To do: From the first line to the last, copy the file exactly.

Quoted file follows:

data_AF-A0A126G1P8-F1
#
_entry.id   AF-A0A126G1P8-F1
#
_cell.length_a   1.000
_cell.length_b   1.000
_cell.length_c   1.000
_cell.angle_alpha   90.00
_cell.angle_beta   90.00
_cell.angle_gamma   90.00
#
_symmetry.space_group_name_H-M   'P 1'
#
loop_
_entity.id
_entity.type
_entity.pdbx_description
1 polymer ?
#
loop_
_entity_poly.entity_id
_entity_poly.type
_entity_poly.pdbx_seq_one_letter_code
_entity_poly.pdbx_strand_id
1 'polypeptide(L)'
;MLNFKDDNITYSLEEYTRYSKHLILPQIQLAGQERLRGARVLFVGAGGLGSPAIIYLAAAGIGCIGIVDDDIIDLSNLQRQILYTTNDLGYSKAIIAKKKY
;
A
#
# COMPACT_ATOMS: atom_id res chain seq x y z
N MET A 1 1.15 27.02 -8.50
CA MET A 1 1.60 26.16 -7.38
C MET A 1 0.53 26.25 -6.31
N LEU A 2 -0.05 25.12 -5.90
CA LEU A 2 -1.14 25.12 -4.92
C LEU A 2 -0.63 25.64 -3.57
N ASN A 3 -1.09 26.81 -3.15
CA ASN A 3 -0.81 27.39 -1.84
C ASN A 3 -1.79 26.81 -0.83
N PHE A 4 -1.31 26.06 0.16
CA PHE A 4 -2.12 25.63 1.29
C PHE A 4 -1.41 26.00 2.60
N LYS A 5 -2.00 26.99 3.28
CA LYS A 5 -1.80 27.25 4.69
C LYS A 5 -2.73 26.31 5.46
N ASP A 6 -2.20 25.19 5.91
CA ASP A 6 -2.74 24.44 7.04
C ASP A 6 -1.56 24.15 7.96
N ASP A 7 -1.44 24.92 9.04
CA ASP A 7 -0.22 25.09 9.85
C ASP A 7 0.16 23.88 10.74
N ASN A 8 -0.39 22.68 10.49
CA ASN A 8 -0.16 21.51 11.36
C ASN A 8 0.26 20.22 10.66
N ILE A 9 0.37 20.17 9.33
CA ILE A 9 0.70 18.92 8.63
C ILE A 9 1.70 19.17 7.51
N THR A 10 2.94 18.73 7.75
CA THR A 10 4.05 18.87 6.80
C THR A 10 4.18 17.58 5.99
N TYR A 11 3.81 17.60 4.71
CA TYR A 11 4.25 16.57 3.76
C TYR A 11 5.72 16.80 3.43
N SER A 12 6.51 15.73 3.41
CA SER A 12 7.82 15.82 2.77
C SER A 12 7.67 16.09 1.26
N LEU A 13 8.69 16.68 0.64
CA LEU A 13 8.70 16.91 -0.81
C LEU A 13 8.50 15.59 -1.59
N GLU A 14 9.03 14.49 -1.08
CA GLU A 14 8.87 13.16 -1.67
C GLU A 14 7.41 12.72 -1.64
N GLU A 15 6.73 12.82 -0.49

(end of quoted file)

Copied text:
data_AF-A0A126G1P8-F1
#
_entry.id   AF-A0A126G1P8-F1
#
_cell.length_a   1.000
_cell.length_b   1.000
_cell.length_c   1.000
_cell.angle_alpha   90.00
_cell.angle_beta   90.00
_cell.angle_gamma   90.00
#
_symmetry.space_group_name_H-M   'P 1'
#
loop_
_entity.id
_entity.type
_entity.pdbx_description
1 polymer ?
#
loop_
_entity_poly.entity_id
_entity_poly.type
_entity_poly.pdbx_seq_one_letter_code
_entity_poly.pdbx_strand_id
1 'polypeptide(L)'
;MLNFKDDNITYSLEEYTRYSKHLILPQIQLAGQERLRGARVLFVGAGGLGSPAIIYLAAAGIGCIGIVDDDIIDLSNLQRQILYTTNDLGYSKAIIAKKKY
;
A
#
# COMPACT_ATOMS: atom_id res chain seq x y z
N MET A 1 1.15 27.02 -8.50
CA MET A 1 1.60 26.16 -7.38
C MET A 1 0.53 26.25 -6.31
N LEU A 2 -0.05 25.12 -5.90
CA LEU A 2 -1.14 25.12 -4.92
C LEU A 2 -0.63 25.64 -3.57
N ASN A 3 -1.09 26.81 -3.15
CA ASN A 3 -0.81 27.39 -1.84
C ASN A 3 -1.79 26.81 -0.83
N PHE A 4 -1.31 26.06 0.16
CA PHE A 4 -2.12 25.63 1.29
C PHE A 4 -1.41 26.00 2.60
N LYS A 5 -2.00 26.99 3.28
CA LYS A 5 -1.80 27.25 4.69
C LYS A 5 -2.73 26.31 5.46
N ASP A 6 -2.20 25.19 5.91
CA ASP A 6 -2.74 24.44 7.04
C ASP A 6 -1.56 24.15 7.96
N ASP A 7 -1.44 24.92 9.04
CA ASP A 7 -0.22 25.09 9.85
C ASP A 7 0.16 23.88 10.74
N ASN A 8 -0.39 22.68 10.49
CA ASN A 8 -0.16 21.51 11.36
C ASN A 8 0.26 20.22 10.66
N ILE A 9 0.37 20.17 9.33
CA ILE A 9 0.70 18.92 8.63
C ILE A 9 1.70 19.17 7.51
N THR A 10 2.94 18.73 7.75
CA THR A 10 4.05 18.87 6.80
C THR A 10 4.18 17.58 5.99
N TYR A 11 3.81 17.60 4.71
CA TYR A 11 4.25 16.57 3.76
C TYR A 11 5.72 16.80 3.43
N SER A 12 6.51 15.73 3.41
CA SER A 12 7.82 15.82 2.77
C SER A 12 7.67 16.09 1.26
N LEU A 13 8.69 16.68 0.64
CA LEU A 13 8.70 16.91 -0.81
C LEU A 13 8.50 15.59 -1.59
N GLU A 14 9.03 14.49 -1.08
CA GLU A 14 8.87 13.16 -1.67
C GLU A 14 7.41 12.72 -1.64
N GLU A 15 6.73 12.82 -0.49